I actually could pick apart every single point in your argument and give the exact inverse statement from the applicant point of view, but that's not the point. NOBODY is saying that applicants are owed feedback. You are arguing points that I am not arguing against.

All I have done is give you the applicant point of view for your consideration, and I have let you know that I have been on both sides of this situation. Since I don't know you or your posting style, I assumed that you were looking for multiple points of view on a discussion board as opposed to people just jumping in and agreeing with you. But now I know next time you start a thread with a post that goes something like...doesn't this suck, I know the correct response is....yep, it sure does.
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Old 07-01-2013, 02:16 PM
 
Location: In the city
1,581 posts, read 3,289,950 times
Reputation: 2357
[quote=cowherjaw;30280439]
Quote:
Originally Posted by whatisthedealwith View Post

I actually could pick apart every single point in your argument and give the exact inverse statement from the applicant point of view, but that's not the point. NOBODY is saying that applicants are owed feedback. You are arguing points that I am not arguing against.

All I have done is give you the applicant point of view for your consideration, and I have let you know that I have been on both sides of this situation. Since I don't know you or your posting style, I assumed that you were looking for multiple points of view on a discussion board as opposed to people just jumping in and agreeing with you. But now I know next time you start a thread with a post that goes something like...doesn't this suck, I know the correct response is....yep, it sure does.

I am not the OP, but this comes across as very bitter. At least to me.

I don't know why there is this strange divisiveness on this board between the "applicants" and the "HMs". Its like the haves and the have nots. People are not born to either group and both are very permeable. I wonder that seeing oneself as an "applicant" all the time, and one who is continually searching for a job, might not be the most effective way to market yourself even if it is reality.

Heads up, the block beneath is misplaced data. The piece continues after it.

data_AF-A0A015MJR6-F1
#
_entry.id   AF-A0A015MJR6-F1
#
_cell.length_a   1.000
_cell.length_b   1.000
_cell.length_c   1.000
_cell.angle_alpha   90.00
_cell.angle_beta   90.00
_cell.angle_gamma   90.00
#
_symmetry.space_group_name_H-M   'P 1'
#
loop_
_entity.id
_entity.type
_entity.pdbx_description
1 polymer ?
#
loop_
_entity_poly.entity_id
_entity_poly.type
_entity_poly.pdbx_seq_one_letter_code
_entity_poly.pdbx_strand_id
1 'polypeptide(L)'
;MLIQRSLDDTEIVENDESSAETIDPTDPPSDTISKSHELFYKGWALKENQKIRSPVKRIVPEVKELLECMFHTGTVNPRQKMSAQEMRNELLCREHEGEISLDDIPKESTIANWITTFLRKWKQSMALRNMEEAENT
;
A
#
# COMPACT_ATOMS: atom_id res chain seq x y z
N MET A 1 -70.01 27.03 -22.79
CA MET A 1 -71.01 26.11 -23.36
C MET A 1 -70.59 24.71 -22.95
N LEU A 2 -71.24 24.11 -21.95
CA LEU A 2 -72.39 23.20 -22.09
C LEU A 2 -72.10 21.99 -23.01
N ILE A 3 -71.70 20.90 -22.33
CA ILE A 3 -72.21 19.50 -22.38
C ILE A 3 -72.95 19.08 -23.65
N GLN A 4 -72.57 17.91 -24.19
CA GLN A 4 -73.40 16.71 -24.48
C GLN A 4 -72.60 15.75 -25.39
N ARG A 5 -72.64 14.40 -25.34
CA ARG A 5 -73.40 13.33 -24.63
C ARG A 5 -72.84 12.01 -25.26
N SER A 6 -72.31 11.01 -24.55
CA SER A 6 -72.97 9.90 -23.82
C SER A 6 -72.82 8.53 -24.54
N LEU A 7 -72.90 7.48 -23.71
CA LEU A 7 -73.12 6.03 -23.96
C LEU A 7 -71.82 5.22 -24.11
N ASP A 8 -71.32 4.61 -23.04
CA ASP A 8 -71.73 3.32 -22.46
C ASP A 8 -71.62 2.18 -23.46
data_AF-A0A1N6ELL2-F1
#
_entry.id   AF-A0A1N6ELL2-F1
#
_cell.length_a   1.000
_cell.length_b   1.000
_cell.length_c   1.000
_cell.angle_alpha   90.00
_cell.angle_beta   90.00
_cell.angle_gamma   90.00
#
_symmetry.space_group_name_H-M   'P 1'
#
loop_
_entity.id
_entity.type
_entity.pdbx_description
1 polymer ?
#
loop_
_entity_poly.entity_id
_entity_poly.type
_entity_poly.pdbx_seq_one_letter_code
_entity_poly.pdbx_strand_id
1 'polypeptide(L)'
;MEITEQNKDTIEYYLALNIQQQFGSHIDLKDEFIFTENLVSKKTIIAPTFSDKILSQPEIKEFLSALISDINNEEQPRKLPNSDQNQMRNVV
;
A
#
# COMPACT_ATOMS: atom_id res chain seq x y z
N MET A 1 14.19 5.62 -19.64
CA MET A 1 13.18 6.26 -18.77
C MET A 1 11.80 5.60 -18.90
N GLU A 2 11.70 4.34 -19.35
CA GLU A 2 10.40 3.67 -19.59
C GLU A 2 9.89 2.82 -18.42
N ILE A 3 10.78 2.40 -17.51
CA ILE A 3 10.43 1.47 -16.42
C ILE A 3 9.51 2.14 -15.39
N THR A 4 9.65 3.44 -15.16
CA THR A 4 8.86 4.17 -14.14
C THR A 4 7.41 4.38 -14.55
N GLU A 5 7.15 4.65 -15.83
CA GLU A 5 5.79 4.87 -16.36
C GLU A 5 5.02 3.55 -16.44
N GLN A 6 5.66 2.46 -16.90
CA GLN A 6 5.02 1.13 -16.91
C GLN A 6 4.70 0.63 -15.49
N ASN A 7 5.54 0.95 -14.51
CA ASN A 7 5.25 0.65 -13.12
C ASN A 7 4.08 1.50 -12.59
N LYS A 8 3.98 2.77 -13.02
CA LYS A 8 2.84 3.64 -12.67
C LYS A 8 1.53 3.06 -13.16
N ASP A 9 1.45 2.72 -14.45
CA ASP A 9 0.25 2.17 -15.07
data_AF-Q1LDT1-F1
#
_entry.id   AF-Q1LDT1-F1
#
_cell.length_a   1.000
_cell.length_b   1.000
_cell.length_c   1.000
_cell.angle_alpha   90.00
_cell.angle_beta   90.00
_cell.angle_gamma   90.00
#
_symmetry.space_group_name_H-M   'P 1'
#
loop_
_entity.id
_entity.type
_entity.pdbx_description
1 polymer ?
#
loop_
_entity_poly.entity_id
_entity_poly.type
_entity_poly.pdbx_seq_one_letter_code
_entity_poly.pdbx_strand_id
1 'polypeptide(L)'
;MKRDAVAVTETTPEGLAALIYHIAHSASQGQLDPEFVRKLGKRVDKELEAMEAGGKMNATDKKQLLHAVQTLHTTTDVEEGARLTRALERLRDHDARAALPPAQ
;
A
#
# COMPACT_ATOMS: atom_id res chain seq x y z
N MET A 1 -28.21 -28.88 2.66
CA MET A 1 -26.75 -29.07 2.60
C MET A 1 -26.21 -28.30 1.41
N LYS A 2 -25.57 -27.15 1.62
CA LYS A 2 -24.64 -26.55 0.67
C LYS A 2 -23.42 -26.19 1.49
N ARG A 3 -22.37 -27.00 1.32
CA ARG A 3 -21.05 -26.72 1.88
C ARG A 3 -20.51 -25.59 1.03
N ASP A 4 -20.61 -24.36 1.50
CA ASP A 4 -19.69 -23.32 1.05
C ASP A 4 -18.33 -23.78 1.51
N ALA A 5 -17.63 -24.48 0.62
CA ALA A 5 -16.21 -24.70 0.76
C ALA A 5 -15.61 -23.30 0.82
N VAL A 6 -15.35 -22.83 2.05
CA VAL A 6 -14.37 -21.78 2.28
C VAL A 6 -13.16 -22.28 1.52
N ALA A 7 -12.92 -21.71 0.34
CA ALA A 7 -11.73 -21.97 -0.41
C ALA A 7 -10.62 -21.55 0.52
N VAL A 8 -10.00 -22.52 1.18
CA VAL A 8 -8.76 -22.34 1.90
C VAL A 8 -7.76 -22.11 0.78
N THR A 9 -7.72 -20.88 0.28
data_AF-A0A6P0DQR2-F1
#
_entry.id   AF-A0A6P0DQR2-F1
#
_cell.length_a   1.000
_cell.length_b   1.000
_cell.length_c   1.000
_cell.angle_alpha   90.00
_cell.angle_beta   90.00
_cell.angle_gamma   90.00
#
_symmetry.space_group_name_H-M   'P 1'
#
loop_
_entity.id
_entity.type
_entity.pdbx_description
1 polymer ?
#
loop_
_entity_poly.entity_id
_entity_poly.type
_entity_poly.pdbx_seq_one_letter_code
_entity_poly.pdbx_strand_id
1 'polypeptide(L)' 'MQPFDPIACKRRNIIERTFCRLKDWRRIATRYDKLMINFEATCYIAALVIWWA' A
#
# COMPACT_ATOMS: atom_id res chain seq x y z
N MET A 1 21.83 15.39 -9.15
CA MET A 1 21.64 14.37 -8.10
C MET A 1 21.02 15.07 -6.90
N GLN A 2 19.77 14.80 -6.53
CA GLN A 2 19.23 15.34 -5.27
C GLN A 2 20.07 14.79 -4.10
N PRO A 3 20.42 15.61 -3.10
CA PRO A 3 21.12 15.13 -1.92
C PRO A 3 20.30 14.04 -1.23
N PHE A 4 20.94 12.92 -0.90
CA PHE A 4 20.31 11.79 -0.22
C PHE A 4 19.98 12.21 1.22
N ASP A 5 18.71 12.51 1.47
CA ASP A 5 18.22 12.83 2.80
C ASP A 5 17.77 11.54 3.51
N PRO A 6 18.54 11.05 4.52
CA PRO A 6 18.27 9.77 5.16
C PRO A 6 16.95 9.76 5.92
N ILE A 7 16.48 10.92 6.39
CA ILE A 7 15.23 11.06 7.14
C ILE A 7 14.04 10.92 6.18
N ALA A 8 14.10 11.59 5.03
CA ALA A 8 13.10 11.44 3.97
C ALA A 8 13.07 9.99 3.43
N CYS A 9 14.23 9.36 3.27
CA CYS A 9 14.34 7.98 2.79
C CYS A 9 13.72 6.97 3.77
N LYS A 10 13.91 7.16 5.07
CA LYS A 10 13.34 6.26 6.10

Again, not sure why not getting feedback is always a bad thing. It does strike me that lots of those who identify as "applicants" seem to think they are owed an explanation of why they didn't make the cut. When I have been in the "applicant " pool (and I was very recently), this did not even occur to me.
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Old 07-01-2013, 02:24 PM
 
Location: Corona the I.E.
10,082 posts, read 14,063,746 times
Reputation: 8930
I don't have a problem with no feedback as an applicant. I get it HM's are busy and concerned about liability. I may still ask, but won't hold my breath.

I take exception to some of the nonsense I have seen, and others have posted, that is rude and offensive. And this has nothing to do with lack of feedback. Issues such as making us wait 20 minutes, ripping on someone's educational and work exp., and other nonsense.
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Old 07-01-2013, 03:17 PM
 
7,422 posts, read 13,738,193 times
Reputation: 4944
yeah, i've asked for feedback, but politely, and with no expectation of a response. sometimes i get it, sometimes i don't.

i don't think someone like the woman the OP is talking about who gets angry, insists they are qualified, and demands feedback should get a response, nor are they doing themselves any favors in general.

i've experienced things pretty much 100% from the applicant side of things (i have done pre-screening of resumes for a former boss and interviewed someone one time, but that's it), but i try to be fair and have empathy for the people on the other side of the table. sure, some of them are jerks and some of the things they do are unfair. but a lot of things have solid reasoning behind them. there is a weird "us vs them" mentality on this board sometimes that is weird. especially since every single hiring manager or hr person has at one point BEEN an applicant, yknow?

and i think whatsthedealwith makes a lot of good points about how applicants trip themselves up, although obviously i think there's no harm in asking for feedback if you do it in a nice, non-defensive way and don't demand it.
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Old 07-01-2013, 03:40 PM
 
421 posts, read 822,481 times
Reputation: 417
Quote:
Originally Posted by 43north87west View Post
You might not believe it, but some companies have an adversarial culture and they attract people of that nature. Your company might not be one of them, but they'll make a gem of an employee for some other place. Some hiring managers don't even bother with people who play by the more usual rules.
Yes, like collection agencies.
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Old 07-01-2013, 05:51 PM
 
2,114 posts, read 1,870,073 times
Reputation: 2720
cowherjaw, I agree with you. While the applicant was wrong, I can also understand her viewpoint as well. I have applied for jobs I was well qualified for and couldn't understand why I was rejected. Of course there's always someone better but I can't help but feel that employers are just holding out for perfection for whatever reason.